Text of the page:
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Activists ‘connect dots’ between climate change, natural disaster

May 12, 2012

UPPER JAY - A group of nearly 40 people gathered Saturday morning, May 5 at Paul Johnson's home to draw attention to the ways climate change has affected peoples' lives.

The event, which was called Connect the Dots, was part of Climate Impacts Day, which featured hundreds of similar gatherings worldwide. It was organized by local members of the international climate action organization, started by former Adirondack writer Bill McKibben.

Johnson owns Paul's Bakery on state Route 9N in Upper Jay. Behind the business are his home and a big chunk of picturesque property. It was all heavily damaged when Tropical Storm Irene tore through last August.

Article Photos

Photo/Chris Morris
Residents of the towns of Keene and Jay line state Route 9N in Upper Jay on Saturday to raise awareness about the impact of climate change.

"When the storm struck, we - my mother who is quite elderly and I - did not leave, because we have never had a drop of water in the house," Johnson said. "In the basement of the barn, we had water twice in all the years that we've lived here. From the Torrance family to the present day, about 150 years, no water in the house whatsoever. So we thought we were fine."

But, like many homeowners in the towns of Jay and Keene, Johnson was far from fine. Floodwaters from the East Branch of the AuSable River rose dramatically before he could get his mother into the car to escape.

"The water started coming in the house," Johnson said. "So we put water and food and flashlights, etc., up to the second floor, and just went up to the second floor and rode out the whole storm."

Johnson said Irene devastated his bakery, as well as a barn on his property that he rented out to multiple merchants. The storm also damaged a unique iris garden on his property that was built by his grandmother.

Bob Andrews of Keene Valley helped pull Saturday's rally together. He also helped organize last fall's "We Are the 99%" rally in Keene Valley, part of the Occupy movement.

"It started in the Marshall Islands in the Pacific (Ocean), where the Marshall Islands' people are dealing with rising ocean levels and the end of their life as they know it. Pakistan, dealing with floods that took place that displaced 20 million people."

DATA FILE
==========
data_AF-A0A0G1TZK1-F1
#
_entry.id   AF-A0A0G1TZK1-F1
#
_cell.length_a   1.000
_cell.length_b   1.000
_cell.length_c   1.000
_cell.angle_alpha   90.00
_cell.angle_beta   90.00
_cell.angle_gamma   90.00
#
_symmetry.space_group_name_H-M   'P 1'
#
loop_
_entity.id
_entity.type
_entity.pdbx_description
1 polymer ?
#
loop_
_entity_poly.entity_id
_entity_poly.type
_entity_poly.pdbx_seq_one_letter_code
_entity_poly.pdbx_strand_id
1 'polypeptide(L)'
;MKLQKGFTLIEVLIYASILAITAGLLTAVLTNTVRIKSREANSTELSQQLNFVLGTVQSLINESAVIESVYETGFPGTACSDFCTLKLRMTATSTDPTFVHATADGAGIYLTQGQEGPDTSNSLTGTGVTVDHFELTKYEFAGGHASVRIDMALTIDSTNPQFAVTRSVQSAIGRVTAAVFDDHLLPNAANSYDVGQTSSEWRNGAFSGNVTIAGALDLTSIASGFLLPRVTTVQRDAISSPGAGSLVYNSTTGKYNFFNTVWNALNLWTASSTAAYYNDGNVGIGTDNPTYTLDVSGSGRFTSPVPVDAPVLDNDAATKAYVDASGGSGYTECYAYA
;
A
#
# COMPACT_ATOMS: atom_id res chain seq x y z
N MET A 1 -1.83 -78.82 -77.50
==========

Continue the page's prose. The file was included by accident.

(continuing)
Andrews readily admitted that many people will roll their eyes at the group's effort. He spoke to gatherers about the Heartland Institute, a conservative public policy think tank that recently put up billboard around the U.S. sporting photos of people like unabomber Ted Kaczynski and murderer Charles Manson, with logos reading, "I still believe in global warming, do you?"

"So you see, it must be true of you all," Andrews told the crowd. "That's what we're up against."

Andrews said for him, the "Connect the Dots" theme was all about looking for the relationship between natural disaster and climate change.

"The notion there is that there's lots of points around the world where we see evidence of really unusual weather - weather that makes for flooding in some places and wildfires in other places," he said. "But we don't necessarily always connect the dots of what that means. Is this really related to climate change? And there's still a certain amount of climate skepticism. Is this just unusual weather? Or is this climate change and its affects."

Mona Dubay of Jay attended the rally and was among many people who carried big cardboard signs bearing a single black dot. She said she wants more people to think about global climate change.

"It's right here in everybody's neighborhoods," Dubay said. "We definitely had a huge showing last Aug. 28 when Tropical Storm Irene made its appearance here in our area, and we're still dealing with the cleanup from that. People's lives have been changed forever. This is just the beginning, I'm afraid."

The event also attracted some younger activists like Maria Goulet, a teenager from Jay.

"I really feel like, as a young person, I need to be aware and kind of do something about it," she said. "I really would like to focus on getting information out."

Two local politicians - Keene town Supervisor Bill Ferebee and Jay town Supervisor Randy Douglas - attended the event. Douglas said climate change and global warming can be tricky territory for a politician, but he said it's hard to ignore that something is happening.

"I'm not so sure what it is," Douglas said. "Something triggered Hurricane Irene to hover over us for that time frame and cause all this drastic damage. I'm not on one side of the aisle in this or the other; I'm glad to be part of it to learn more and hear some of the research other people have done."

Putting the topic of climate change aside, Douglas said he was happy to see people from his community getting together to do something positive. He said people like Johnson, who have no plans to leave despite the possibility of future flooding, inspire him.

Johnson said he's staying, not out of defiance of climate change or potential natural disaster, but because he has a deep connection to his home.

"I have a lot of tactile memories associated with the property, with the place," he said. "I'm not digging my heels in in the sense of, 'I'm going to be defiant and stand up against Mother Nature.' I'm digging my heels in the sense that I've had such a wonderful life here, and when I want to leave here, I want it to be just as wonderful. I don't want to say, 'It was wonderful until I had a very horrible thing happen,' and that's the memory I leave with."



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